It seems that with every discussion of video games comes the topic of video game addiction. Quickly images of overweight teenage boys with bad posture, huddled over dim computer screens at all hours of the night comes flooding in. Cue the mothers clutching their pearls.
Some may say this is a reasonable reaction. After all, addiction to anything is never a good thing, and an addiction to video games has been previously associated with particularly bad outcomes: reduced sleep (and consequently, increased risk for obesity), declines in school performance and poorer mental health.
However, some of the top research experts on video game effects, and video addiction specifically, are changing the nature of this conversation and the way we look at video game play as a potentially addictive activity. In a recent editorial published in The American Journal of Psychiatry, Dr. Patrick Markey (Villanova University) and Prof. Dr. Christopher Ferguson (Stetson University) argue that video game addiction is far more “moral panic” than a “true addiction”. Prof. Dr. Christopher Ferguson takes these claims one step further in his recent editorial for U.S. News, where he argues that there is not enough evidence to indicate video game addiction is a separate, distinct phenomenon from any other behavioral addiction such as food, sex, or work addiction.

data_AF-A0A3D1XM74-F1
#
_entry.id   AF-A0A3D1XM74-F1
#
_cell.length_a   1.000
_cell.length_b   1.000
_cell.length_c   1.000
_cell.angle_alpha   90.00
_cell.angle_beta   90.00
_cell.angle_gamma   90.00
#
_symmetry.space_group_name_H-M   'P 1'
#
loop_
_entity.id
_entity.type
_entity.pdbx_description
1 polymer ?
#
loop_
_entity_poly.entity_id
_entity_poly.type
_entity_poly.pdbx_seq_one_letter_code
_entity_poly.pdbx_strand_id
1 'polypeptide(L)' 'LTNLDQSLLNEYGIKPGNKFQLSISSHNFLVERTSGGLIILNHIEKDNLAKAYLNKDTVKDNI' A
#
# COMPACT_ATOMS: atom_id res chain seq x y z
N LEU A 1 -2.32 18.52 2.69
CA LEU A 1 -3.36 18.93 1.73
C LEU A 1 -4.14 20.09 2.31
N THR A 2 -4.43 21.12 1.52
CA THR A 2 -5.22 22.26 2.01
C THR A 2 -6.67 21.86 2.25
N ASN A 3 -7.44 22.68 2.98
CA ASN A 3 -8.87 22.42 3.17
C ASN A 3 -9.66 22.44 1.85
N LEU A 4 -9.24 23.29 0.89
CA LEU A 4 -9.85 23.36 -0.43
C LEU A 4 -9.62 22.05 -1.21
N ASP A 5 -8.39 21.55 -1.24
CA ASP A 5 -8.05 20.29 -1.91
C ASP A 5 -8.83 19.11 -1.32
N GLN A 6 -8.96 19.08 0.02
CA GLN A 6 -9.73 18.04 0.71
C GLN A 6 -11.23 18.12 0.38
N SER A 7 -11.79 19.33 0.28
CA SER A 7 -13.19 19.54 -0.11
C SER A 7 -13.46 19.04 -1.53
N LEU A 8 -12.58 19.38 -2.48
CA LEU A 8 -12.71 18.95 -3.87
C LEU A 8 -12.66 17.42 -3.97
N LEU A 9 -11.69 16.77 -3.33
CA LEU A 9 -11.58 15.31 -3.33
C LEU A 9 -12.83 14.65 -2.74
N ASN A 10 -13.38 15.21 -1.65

This is not to say that problematic video game play does not exist, but rather that problematic play or a “video game addiction” is far less of a global phenomenon with devastating consequences than its reputation seems to suggest. In a recent study by Andrew Przybylski and colleagues, the prevalence rate of potential addiction to video games was found to be less than one percent among a sample of over 19,000 participants from the United Kingdom, United States and Germany. Perhaps more interestingly, however, was the lack of impact that this diagnosis of an “addiction” seemed to have on their participants. In fact, the researchers stated that the most notable difference between the “addicted” and “non-addicted” participants in their sample was that the addicted players reported playing more video games.
What does this all mean? An addiction to playing video games in a problematic sense, at least over a short-term, very likely exists. However, the phenomena is extraordinarily rare and not related to significant declines in physical, social or psychological well-being. Should you be concerned if your child, friend, or significant other is playing too much Call of Duty? Maybe. Not because it may indicate an addiction that will have devastating consequences, but rather because it is taking away time they could be doing other things.